And, to be fair, AQA do suggest a workaround that will allow GCSE student to side-step using ‘the worst circuit in the world’:

If a lab pack is used for the power supply this can remove the need for the rheostat as the potential difference can be varied directly. The voltage should not be allowed to get so high as to damage the components, check the rating of the components you plan to suggest your students use.

AQA 2018: 16

If this method is used, then in effect you would be using the ‘built in’ rheostat inside the power supply.

### So why not use the superior potential divider circuit at GCSE?

The arguments in favour of using ‘the worst circuit in the world’ as opposed to the more fit for purpose potential divider circuit are:

1. The ‘worst circuit in the world’ is (arguably) conceptually easier than the potential divider circuit, especially if students have not studied series and parallel circuit before. This allows more freedom in sequencing when IV characteristics are taught.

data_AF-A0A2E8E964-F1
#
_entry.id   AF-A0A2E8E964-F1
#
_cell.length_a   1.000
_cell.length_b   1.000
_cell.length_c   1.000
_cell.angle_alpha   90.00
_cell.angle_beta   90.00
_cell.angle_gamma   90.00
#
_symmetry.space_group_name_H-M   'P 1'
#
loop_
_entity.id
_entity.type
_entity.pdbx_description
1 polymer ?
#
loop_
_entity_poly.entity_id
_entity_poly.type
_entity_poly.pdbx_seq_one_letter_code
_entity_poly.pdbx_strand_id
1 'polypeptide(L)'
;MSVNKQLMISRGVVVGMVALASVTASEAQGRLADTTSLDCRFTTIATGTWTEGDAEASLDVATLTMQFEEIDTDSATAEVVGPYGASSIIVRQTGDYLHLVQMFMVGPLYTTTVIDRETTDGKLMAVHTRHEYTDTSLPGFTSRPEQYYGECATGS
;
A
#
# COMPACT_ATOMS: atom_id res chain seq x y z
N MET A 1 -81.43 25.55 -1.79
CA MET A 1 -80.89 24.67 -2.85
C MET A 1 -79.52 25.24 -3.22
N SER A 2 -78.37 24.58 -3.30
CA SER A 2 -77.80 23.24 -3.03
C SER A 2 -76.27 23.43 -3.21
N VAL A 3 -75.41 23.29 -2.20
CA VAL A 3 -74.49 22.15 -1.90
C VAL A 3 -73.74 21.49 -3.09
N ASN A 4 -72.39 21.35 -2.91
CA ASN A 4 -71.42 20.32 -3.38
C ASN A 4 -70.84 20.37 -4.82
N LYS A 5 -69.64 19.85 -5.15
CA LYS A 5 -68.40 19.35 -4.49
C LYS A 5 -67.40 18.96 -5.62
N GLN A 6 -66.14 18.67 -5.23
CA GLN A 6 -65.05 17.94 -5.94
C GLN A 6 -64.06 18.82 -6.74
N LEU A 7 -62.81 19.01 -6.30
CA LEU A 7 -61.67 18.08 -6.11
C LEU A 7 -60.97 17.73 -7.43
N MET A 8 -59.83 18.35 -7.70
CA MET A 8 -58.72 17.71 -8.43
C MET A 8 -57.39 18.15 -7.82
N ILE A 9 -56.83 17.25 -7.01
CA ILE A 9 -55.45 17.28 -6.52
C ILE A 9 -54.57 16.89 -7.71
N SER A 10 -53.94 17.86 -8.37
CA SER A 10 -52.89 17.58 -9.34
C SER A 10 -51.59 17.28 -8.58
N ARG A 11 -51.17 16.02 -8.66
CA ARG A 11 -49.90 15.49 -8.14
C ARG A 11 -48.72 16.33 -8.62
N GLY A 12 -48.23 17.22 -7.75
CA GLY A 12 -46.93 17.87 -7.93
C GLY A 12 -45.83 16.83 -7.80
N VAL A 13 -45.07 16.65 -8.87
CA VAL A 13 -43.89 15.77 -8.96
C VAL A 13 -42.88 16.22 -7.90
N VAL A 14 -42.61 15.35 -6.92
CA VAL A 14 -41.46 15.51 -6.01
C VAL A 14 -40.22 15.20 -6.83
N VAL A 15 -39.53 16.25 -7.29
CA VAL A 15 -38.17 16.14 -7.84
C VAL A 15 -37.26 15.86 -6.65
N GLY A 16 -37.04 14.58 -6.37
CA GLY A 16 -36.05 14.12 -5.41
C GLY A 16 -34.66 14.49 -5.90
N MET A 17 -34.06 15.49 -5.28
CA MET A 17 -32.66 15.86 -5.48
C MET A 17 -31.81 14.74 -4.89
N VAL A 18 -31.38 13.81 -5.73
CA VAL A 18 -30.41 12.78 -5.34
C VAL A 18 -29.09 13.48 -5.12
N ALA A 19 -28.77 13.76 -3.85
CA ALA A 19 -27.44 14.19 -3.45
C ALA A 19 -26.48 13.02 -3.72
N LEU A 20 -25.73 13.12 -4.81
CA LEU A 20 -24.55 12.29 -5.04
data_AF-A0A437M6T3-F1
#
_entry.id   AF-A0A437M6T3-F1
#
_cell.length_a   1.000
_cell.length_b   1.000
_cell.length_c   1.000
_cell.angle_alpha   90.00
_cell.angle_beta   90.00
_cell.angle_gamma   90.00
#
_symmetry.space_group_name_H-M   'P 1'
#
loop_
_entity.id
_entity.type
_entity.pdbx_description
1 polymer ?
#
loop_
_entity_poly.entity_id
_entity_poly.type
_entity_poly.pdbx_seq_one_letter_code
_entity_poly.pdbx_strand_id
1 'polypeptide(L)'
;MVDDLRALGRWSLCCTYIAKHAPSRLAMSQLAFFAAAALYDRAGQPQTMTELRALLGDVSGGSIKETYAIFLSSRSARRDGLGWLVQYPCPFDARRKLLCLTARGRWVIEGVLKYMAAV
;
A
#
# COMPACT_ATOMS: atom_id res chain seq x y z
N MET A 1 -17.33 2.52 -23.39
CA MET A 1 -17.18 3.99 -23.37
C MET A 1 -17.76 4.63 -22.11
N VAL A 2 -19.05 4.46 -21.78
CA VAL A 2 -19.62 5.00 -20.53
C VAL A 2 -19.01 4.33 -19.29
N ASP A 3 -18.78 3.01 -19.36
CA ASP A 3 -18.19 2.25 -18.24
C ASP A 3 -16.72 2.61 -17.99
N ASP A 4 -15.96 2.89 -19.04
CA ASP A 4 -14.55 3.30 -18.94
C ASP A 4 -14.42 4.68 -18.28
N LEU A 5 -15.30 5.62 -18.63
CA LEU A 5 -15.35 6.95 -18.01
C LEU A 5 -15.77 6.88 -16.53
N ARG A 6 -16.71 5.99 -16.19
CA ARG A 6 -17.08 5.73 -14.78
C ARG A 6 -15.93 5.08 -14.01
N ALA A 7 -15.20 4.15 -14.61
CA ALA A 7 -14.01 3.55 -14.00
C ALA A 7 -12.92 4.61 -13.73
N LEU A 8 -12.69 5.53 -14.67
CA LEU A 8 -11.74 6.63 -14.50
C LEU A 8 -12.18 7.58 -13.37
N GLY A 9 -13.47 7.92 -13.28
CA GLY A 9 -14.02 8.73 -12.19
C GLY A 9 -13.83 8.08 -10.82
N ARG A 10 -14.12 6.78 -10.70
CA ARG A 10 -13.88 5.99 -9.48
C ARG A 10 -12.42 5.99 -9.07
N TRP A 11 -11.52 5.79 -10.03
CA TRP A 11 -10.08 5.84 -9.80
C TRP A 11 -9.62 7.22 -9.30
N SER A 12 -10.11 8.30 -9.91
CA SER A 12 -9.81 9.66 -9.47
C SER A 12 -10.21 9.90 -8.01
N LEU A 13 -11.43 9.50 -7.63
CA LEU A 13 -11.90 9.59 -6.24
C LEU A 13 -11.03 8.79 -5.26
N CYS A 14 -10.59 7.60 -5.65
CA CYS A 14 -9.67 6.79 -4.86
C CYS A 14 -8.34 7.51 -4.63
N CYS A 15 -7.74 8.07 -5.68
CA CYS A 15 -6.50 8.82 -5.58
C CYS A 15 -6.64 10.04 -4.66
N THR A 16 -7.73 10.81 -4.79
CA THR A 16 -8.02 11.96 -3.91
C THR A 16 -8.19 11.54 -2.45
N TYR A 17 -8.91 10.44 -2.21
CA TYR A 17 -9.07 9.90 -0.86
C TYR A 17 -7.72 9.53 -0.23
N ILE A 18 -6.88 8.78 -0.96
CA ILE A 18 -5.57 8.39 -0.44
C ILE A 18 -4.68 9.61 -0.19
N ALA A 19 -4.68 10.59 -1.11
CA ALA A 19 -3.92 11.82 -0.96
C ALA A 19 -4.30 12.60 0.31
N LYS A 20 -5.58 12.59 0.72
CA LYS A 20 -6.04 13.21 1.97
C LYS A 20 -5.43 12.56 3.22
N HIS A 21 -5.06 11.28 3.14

2. A fuller range of potential differences can be accessed even using the ‘worst circuit in the world’ if the maximum value of the variable resistor is much larger than the resistance of the component. For example, if we used a 0 – 1 kilo-ohm variable resistor in series with the 10 ohm resistor then very fine adjustments of the variable resistor would allow a suitable range of potential difference to be applied across the component.
3. Students are often asked direct questions about the ‘worst circuit in world’.

In the next post, I will outline how I introduce and teach this required practical — using, to my shame, ‘the worst circuit in the world’ — and also supply some useful resources.